Mark Cavendish’s ambitions for the 2016 season are ambitious, there is no doubt about it, and the opinions of some of his competitors have reflected that. Fellow track riders Bradley Wiggins and Elia Viviani have both said that the Manxman is biting off more than he can chew as he aims for success in the Tour de France, Olympic Games and the World Championships.
Cavendish’s challenges are made tougher by the alternating disciplines, but his new team manager at Dimension Data Doug Ryder believes the sprinter will be able to handle it. “It’s always difficult, especially with the disciplines and some of the focuses that he has. It’s not only endurance he requires but incredible speed, and it takes a special individual to do that,” Ryder told Cyclingnews.
“He has to look at the dates and the timing and what he needs to do but doing what he’s trying to do is not easy for sure. Looking at him and how positive his outlook is, that’s half of the battle won. If you believe that you can do something and it is possible, then it is possible. He’s got such a strong mind, and he’s so willing to give it a go that it is half the battle won.”
Cavendish has been moving between his targets on the track and road already this season. He kicked things off with the Revolution Series and the final round of the World Cup in Hong Kong, before beginning his road campaign at the Cadel Evans Great Ocean Road Race. He is down to ride the Track World Championships at the start of next month, although he has not officially made the call on whether or not he will be present. Ryder kept quiet on whether his star sprinter would be in London but he’s confident that things will work out.
“I think he’s experienced enough to know what he needs to do and what his body wants,” said Ryder. “British Cycling are incredibly smart people who have done this before. I know Heiko [Salzwedel] well and Shane [Sutton – British Cycling’s head coach], and I know that they will be advising him in the right way because it is important for them. They look at his data and his numbers and will know what he needs to do. Those guys have said it is complicated, and it is for sure, but if Cavendish really wants to give it a go then I wouldn’t want to stand in his way. He is pretty determined, incredibly determined and that’s what we love about him. I haven’t met many guys like him.”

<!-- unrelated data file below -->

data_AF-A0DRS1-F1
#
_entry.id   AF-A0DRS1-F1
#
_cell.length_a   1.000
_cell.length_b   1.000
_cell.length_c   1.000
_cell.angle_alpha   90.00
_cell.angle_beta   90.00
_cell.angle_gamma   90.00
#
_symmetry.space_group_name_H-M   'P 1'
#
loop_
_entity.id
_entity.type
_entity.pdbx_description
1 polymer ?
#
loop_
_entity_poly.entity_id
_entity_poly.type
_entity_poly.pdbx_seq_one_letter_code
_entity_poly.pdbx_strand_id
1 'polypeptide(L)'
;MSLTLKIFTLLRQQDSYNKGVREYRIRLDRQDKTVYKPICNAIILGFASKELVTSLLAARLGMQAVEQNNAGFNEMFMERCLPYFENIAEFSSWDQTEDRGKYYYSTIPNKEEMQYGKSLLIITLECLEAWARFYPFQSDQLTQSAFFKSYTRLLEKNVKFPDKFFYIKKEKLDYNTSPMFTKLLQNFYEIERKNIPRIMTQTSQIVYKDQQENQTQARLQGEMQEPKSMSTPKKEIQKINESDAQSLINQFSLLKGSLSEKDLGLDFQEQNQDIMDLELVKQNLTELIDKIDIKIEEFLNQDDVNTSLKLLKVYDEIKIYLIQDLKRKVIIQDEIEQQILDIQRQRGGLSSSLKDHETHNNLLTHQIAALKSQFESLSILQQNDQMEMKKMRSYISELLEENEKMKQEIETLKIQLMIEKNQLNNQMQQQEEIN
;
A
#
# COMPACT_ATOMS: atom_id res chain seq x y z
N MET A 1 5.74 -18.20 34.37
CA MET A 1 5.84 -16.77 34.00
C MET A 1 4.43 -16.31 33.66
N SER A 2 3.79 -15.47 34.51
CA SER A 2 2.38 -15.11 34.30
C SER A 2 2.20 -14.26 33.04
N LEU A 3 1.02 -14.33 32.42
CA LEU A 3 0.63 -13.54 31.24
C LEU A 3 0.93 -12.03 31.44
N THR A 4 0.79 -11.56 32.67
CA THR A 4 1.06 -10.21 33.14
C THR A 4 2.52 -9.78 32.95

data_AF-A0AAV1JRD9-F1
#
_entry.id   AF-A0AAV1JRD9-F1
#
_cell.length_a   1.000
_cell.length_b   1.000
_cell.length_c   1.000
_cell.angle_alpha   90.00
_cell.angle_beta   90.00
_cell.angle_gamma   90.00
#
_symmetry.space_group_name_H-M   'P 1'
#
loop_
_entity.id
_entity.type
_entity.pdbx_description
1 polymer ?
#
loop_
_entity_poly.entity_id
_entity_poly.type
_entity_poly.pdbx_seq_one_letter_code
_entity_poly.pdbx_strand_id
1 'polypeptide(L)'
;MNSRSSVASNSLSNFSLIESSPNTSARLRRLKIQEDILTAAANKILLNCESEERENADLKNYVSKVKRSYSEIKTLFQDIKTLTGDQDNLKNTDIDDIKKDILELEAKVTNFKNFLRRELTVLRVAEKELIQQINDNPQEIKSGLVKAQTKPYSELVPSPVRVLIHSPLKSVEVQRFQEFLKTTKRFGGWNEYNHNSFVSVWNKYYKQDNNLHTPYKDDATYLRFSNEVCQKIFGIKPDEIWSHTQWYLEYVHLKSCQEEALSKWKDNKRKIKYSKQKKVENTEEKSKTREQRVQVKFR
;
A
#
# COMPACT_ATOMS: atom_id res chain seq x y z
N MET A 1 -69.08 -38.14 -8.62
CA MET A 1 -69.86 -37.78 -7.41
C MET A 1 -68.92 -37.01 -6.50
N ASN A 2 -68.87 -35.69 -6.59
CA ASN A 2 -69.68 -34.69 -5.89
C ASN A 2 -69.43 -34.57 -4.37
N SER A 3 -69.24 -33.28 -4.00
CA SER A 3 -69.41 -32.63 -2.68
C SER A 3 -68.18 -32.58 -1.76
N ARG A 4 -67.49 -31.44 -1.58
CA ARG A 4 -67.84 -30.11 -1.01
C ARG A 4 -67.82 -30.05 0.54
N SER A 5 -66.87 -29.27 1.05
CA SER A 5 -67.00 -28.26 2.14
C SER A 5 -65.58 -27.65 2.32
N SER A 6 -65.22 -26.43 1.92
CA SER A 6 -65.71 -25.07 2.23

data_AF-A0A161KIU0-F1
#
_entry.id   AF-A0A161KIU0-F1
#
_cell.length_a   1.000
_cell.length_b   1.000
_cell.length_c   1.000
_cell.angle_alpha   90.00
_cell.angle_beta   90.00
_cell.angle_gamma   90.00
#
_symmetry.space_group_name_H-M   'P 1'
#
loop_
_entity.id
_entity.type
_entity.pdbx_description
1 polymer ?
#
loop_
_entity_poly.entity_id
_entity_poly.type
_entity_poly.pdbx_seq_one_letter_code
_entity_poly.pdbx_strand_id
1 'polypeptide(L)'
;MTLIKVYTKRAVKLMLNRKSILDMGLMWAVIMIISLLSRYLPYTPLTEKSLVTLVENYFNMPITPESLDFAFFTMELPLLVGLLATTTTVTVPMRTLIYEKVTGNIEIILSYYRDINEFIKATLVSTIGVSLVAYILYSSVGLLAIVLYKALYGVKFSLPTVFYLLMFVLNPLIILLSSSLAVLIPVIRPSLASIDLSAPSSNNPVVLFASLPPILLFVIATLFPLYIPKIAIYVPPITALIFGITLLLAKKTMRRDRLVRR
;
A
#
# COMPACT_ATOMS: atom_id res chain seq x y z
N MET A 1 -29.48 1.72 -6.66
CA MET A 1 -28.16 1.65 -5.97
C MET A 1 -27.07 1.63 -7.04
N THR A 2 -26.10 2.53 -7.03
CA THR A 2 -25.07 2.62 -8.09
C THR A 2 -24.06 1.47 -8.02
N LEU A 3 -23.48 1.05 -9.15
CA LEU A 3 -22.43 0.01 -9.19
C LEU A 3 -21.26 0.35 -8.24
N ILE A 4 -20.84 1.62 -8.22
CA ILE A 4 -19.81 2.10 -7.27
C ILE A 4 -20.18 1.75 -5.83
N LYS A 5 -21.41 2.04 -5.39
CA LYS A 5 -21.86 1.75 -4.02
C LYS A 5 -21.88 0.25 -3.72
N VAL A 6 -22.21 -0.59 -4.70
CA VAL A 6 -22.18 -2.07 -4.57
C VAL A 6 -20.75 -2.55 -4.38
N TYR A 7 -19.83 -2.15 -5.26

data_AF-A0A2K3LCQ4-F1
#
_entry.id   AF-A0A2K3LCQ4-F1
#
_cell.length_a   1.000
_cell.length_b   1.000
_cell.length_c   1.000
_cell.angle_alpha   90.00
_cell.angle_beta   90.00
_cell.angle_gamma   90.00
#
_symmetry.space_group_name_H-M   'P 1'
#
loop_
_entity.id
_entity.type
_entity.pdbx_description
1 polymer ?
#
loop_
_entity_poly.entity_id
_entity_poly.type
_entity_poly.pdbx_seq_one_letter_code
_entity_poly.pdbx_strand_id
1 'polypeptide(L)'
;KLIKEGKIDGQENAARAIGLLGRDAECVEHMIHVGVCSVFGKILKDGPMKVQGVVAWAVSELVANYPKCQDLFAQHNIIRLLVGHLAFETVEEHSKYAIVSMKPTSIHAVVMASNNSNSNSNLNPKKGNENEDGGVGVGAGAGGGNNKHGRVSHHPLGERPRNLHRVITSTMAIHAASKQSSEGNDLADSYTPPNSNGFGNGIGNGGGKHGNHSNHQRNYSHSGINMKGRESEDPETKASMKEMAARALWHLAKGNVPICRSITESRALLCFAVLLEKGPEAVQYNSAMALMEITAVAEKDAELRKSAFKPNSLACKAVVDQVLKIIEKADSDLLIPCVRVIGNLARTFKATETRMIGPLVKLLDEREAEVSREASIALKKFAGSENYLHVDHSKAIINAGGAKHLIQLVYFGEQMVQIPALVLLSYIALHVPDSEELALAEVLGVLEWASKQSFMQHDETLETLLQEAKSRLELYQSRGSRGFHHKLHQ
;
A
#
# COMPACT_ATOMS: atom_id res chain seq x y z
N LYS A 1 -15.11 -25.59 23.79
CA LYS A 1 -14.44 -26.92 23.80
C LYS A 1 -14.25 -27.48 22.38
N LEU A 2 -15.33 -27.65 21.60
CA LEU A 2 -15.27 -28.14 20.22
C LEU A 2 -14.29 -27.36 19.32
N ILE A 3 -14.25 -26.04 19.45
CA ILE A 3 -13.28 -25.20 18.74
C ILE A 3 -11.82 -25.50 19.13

Cavendish’s form on the road has gradually been building over the past weeks at the Dubai Tour and Tour of Qatar. He came off second best to Marcel Kittel in Dubai but landed a stage win and a the overall victory in Qatar, although the latter came at the misfortune of his teammate Edvald Boasson Hagen.
“Sometimes it takes teams a long time to gel together. I’m super happy for Mark because I think that coming second to Kittel with the relationship that those two have, in terms of the team swap-shop, was interesting. But he’s super pumped and happy, and he’s very happy with the team and everything around,” Ryder explained. “He’s making a huge impact on our team not just on the bike but off it too. He has lifted the whole team.”
The Tour of Qatar was a resounding success for the Dimension Data team, despite the unfortunate puncture for Boasson Hagen, and Ryder is happy with the way things are going. Recently, they added to their success with Jaco Venter’s victory in the South African national road race. There have been some road bumps in the early part of the season, namely Bernard Eisel breaking his collarbone in a crash during the Dubai Tour. The Austrian went under the knife last Wednesday and is training on the home trainer for the first time following the accident. Eisel will be key for their next big target of the Classics, and the expectation is that he will be able to return towards the end of next month.
“We want Bernie back, and if you look at it, he should be back for the middle to end of March. He won’t be back for Milan-San Remo but the other races after that I’m sure he’ll be back for, which will be important,” Ryder told Cyclingnews. “We’re looking for a year of consistency across the Classics and into the Grand Tours, and to try and focus on keeping our points and our ranking up there. We want to hopefully make the top 15 in the world so that we can keep our position in the WorldTour.”
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